Because of a case I have been working on, I have recently been looking into young children being suspended and or expelled from schools based on charges that they broke school rules with regard to sexual behavior. To this mix is the story coming out of Aurora, Colorado, involving a lively young boy who has been suspended for the “sexual harassment” of one of his female students. What sort of harassing behavior did the boy engage in? He was found to have been singing LMFAO’s song, “I’m sexy and I know it.” While school officials assert that the boy was singing the song to a girl, the boy’s mothers states that he was simply singing in the lunch line. My question is, “Does it matter?”
I would argue that even if the boy was singing the song to the little girl, his actions do not constitute sexual harassment. According to Equal Rights Advocates, there are two types of sexual harassment that occur in schools. The first is quid pro quo. This occurs where a person in authority offers a student some advantage in exchange for sexual favors, i.e. if you sleep with me, I’ll make sure you make the cheer-leading team. There is certainly no argument that this occurred between the young Colorado student and the female to whom school officials assert he crooned his song.
The second type of sexual harassment is hostile environment. This occurs where due to unwanted comments, touching, or gestures, a student is prevented from benefiting from their education. It is important to note that sexual harassment is perceived through the eyes of the person receiving the message, not the person who delivered it. Further, this type of harassment is almost always on-going. It occurs over an extended stretch of time. The exception to this is egregious examples of sexual harassment such as sexual battery or the like.
Here, once again, the facts do not support this six year-old being suspended. First, it is hard to imagine that the girl who was being serenaded, if you believe school officials, had her education experience so tainted that she was unable to benefit from instruction. Secondly, although I do not have access to all the facts, I find it difficult to believe that the young girl even perceived the song as a sexual overture. Such a thought is not in the nature of young children of this age.
School officials need to be mindful that the adult context of sexual offenses does not translate well at the elementary school level. Another California case illustrating this trend occurred in Hercules, California where at Port Lupine Elementary School, a first grader was suspended for sexual assault when, allegedly, his hand grazed the other boys private areas during a game of tag. The parent of the suspended child posted about it on school law blog and a massive uproar ensued, and the school eventually backed down.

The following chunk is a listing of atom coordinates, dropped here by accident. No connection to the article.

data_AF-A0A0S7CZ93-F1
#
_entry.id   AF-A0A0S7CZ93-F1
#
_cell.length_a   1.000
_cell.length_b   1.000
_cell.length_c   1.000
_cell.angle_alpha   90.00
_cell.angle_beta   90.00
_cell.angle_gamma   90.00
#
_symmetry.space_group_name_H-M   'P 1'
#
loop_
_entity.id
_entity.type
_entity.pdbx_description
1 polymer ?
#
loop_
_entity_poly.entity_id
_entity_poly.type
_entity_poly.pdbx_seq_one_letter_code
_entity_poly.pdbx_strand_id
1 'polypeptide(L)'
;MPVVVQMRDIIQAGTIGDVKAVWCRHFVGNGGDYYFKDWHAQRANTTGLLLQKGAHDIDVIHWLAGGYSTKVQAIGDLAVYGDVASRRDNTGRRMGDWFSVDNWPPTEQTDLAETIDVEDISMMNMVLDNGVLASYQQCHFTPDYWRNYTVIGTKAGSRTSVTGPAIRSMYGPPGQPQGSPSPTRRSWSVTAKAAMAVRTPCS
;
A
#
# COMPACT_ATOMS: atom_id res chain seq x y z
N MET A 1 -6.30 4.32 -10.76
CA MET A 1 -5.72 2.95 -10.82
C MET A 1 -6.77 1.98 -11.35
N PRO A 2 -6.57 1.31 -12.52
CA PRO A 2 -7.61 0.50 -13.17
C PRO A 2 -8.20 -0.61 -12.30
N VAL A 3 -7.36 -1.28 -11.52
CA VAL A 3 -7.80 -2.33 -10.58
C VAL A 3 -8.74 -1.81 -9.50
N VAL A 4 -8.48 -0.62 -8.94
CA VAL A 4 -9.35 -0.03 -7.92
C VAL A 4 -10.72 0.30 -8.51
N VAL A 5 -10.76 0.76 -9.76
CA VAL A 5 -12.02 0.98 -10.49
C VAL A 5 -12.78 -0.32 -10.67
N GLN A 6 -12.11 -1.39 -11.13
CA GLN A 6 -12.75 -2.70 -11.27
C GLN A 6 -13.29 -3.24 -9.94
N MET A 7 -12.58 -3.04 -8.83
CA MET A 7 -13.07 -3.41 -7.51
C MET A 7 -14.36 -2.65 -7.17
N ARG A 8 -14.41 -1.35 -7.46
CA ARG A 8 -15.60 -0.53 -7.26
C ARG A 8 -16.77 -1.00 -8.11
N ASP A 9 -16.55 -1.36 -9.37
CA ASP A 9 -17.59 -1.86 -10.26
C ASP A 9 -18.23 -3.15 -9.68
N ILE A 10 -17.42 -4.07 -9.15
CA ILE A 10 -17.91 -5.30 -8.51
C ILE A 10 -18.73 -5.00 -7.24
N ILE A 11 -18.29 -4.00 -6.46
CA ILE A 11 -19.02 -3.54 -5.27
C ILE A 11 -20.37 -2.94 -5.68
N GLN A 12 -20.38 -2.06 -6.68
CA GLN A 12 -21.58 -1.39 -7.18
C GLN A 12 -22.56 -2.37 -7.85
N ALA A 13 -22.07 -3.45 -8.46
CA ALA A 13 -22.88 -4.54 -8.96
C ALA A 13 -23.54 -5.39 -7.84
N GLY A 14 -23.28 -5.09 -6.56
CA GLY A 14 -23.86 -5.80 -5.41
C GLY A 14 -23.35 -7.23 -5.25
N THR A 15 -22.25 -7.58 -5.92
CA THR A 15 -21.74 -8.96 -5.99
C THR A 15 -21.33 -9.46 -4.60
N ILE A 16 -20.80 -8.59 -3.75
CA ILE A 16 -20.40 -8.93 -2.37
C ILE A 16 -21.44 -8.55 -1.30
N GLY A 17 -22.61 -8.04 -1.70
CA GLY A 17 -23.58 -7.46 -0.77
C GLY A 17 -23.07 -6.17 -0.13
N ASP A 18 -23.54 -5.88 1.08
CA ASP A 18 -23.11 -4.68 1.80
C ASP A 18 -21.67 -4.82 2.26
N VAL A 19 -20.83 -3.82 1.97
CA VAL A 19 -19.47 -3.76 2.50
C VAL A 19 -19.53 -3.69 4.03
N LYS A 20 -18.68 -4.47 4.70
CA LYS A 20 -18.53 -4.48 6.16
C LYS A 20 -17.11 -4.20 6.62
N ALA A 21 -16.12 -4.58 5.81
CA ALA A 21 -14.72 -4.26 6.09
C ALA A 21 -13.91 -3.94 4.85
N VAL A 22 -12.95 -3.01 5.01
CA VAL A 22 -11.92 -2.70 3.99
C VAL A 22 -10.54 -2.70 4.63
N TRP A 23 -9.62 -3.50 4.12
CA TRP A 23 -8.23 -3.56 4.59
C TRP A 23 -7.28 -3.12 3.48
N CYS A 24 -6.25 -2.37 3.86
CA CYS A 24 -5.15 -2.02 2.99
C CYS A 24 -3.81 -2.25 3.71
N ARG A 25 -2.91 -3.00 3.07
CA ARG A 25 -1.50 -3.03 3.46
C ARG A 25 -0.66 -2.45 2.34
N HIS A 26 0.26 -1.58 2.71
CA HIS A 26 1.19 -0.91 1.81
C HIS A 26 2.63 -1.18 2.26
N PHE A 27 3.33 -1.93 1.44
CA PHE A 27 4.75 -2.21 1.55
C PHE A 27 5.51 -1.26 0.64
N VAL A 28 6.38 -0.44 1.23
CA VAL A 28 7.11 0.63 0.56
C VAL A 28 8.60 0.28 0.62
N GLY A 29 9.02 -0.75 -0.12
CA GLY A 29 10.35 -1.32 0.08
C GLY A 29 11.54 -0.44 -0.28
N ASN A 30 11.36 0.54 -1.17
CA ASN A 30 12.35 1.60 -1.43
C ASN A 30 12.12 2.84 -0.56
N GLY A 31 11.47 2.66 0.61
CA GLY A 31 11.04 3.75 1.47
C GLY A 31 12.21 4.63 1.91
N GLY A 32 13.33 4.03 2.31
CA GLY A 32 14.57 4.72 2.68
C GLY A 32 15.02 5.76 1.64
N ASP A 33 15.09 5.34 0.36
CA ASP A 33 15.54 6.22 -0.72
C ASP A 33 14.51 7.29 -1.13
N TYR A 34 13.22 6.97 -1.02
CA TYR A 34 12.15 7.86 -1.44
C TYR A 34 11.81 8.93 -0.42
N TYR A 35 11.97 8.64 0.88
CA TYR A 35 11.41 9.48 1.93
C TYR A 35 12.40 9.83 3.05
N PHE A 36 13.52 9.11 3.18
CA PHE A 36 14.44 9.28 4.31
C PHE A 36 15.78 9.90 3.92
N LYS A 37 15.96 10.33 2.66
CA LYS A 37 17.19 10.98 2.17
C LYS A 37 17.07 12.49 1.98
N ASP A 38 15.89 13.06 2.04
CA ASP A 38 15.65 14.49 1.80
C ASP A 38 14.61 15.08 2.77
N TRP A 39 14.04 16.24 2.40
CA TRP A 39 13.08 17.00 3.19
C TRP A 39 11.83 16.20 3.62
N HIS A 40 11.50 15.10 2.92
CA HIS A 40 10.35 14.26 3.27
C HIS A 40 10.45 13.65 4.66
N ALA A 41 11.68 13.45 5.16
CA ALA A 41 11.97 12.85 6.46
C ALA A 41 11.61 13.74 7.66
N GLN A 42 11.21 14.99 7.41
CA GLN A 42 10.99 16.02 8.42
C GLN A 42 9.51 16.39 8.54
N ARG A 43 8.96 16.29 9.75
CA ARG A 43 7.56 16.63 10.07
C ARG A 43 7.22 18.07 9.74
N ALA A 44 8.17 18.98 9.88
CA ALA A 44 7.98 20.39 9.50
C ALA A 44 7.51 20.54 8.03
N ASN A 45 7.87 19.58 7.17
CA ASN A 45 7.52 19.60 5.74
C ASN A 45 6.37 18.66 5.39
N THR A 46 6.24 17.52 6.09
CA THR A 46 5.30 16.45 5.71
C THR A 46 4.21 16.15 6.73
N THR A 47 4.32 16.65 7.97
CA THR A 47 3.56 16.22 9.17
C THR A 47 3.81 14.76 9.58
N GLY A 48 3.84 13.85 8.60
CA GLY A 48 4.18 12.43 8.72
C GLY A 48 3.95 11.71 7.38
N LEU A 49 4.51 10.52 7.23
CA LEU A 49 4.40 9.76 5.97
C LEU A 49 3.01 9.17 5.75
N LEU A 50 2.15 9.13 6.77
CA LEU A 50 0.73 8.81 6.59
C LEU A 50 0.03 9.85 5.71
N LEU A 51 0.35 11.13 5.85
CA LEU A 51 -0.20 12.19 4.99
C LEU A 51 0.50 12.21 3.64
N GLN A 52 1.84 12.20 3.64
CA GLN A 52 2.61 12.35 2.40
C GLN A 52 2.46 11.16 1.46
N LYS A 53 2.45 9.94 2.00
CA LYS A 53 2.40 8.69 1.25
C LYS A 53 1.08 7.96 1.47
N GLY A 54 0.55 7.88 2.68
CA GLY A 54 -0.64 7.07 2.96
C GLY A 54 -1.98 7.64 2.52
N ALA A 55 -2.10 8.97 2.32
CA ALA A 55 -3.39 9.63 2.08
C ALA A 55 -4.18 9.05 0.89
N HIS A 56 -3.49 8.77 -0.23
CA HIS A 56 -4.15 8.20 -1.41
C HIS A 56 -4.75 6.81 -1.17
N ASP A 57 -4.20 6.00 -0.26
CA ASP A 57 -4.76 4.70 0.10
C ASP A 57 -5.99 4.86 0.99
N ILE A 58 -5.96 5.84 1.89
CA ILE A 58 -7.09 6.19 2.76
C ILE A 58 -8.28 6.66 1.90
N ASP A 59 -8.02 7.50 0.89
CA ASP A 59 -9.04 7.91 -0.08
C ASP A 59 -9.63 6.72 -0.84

It is important to note that the education code that defines what sexual battery is refers to specific sections of the California Penal Code. In order for a child to guilty of sexual battery, they must have committed one of five VERY serious crimes.(n) Committed or attempted to commit a sexual assault as defined in Section 261, 266c, 286, 288, 288a, or 289 of the Penal Code or committed a sexual battery as defined in Section 243.4 of the Penal Code.
(n) Committed or attempted to commit a sexual assault as defined in Section 261, 266c, 286, 288, 288a, or 289 of the Penal Code or committed a sexual battery as defined in Section 243.4 of the Penal Code.
Section 261 is the law regarding forcible rape. Section 288 is a lewd or lascivious act against a child. Section 266c is obtaining sex through false pretenses of by threat. Section 289 is forcible penetration with a foreign object. Section 243 is sexual battery. It is important to note that nearly all the statutes include a requirement that the action must have been undertaken for the purpose of sexual gratification, which at most ages of elementary school students is simply not possible. Generally, it is acknowledged that a person must have begun puberty to possess such an intent.
If your child has been suspended and or is up for expulsion due to a sexually related offense, it is important for you to protect your child’s rights. Having a suspension or expulsion for sexual violence or harassment on your child’s academic record can have far reaching consequences. Please contact The Law Office of Gregory R. Branch if your child is facing such a disciplinary action.